It is very probable that the great stratum, called the Milky 
Way, is that in which the Sun is placed, though perhaps not in 
the very centre of its thickness. We gather this from the 
appearance of the Galaxy, which seems to encompass the whole 
heavens, as it certainly must do if the Sun is within the same. 
For, suppose a number of stars arranged between two parallel 
planes, independently extended every way, but at a given con- 
siderable distance from each other; and, calling this a sidereal 
stratum, an eye placed somewhere within it will see all the stars 
in the direction of the planes of the stratum projected into a great 




circle, which will appear lucid on account of the accumulation of 
the stars; while the rest of the heavens, at the sides, will only 
seem to be scattered over with constellations, more or less 
crowded, according to the distance of the planes or number of 
stars contained in the thickness or sides of the stratum, (ibid.,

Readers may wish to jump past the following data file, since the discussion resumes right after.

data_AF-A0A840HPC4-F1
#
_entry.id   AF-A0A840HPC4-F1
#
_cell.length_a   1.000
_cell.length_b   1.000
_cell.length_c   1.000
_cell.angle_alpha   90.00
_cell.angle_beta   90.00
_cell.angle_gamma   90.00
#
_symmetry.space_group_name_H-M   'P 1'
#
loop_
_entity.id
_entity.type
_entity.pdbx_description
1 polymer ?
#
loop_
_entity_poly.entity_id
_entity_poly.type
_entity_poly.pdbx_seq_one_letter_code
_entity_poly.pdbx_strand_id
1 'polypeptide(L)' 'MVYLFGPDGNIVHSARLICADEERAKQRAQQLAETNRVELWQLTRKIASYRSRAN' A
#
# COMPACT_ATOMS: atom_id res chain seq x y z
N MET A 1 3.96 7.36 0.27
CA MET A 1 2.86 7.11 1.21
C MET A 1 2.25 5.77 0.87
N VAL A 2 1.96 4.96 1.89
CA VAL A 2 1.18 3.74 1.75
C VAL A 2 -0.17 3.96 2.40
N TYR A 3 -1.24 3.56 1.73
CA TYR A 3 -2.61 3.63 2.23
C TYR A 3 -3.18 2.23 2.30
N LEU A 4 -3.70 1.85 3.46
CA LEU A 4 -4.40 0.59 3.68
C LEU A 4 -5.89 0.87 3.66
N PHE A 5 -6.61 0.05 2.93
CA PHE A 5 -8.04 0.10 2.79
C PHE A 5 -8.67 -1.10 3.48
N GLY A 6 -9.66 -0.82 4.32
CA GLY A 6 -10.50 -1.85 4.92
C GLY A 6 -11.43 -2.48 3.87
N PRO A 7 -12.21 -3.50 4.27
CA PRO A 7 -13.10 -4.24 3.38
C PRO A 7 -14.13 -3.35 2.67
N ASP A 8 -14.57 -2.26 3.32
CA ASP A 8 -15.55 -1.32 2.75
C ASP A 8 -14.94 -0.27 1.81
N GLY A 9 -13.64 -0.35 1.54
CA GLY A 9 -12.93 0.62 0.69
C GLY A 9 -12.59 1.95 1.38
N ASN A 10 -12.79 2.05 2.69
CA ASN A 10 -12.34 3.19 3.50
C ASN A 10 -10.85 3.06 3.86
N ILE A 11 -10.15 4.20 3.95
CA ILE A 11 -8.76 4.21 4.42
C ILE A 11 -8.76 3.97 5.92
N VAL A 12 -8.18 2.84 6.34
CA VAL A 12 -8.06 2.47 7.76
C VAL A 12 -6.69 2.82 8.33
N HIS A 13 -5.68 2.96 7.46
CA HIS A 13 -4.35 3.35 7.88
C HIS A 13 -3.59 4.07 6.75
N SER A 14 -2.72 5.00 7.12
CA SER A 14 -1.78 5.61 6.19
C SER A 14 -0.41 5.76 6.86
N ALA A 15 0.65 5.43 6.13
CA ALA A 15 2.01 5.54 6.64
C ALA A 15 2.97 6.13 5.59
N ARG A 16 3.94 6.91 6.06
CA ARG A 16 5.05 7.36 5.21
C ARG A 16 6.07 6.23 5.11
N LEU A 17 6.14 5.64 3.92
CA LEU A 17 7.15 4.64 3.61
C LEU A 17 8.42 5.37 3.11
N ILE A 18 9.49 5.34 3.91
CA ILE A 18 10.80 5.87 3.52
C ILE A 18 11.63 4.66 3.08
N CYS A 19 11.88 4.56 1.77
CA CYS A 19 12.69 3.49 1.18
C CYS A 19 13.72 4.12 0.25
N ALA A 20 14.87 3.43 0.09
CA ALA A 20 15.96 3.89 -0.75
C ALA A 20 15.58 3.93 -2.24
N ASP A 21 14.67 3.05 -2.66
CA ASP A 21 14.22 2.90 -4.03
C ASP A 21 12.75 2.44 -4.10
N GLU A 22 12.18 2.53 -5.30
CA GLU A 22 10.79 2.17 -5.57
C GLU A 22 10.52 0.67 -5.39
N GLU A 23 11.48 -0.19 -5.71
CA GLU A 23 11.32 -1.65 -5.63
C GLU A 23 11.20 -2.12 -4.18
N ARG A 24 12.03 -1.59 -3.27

Herschel gives a diagram (PI. 18) showing how an ob- 
server situated in the heart of a box-shaped stratum, or 
layer, of stars will see them chiefly projected upon the sky 
as an encircling ring. He conceives the starry stratum as 
cleft at one end, not far from the Sun's position, so account- 
ing for the observed division of the Milky Way into two 
branches which run parallel through the sky for some 
distance before joining up again. He even tried to connect 
the Sun's motion through space (which he had so recently 
been studying) with the supposed configuration of the 
system of stars. The apex he had indicated for this motion 
lay not far from where the Milky Way divides into two 
branches, so constituting a concourse of stars which might 
well attract in that direction any star situated at no great 
distance. This hypothesis of a cloven layer of stars would, 
Herschel supposed, 'satisfactorily, and with great sim- 
plicity, account for all the phenomena of the Milky Way, 
which, according to this hypothesis, is no other than the 
appearance of the projection of the stars contained in this 
stratum and its secondary branch' (ibid., 445). This sur- 
mise was now to be established upon a statistical founda- 

Herschel worked with a Newtonian reflector of 20 feet 
focal length and nearly 19 inches aperture. The instru- 
ment was restricted to observations in the meridian; but 
it served for the rough measurement of the position of any 
selected celestial object. Upon directing this telescope to a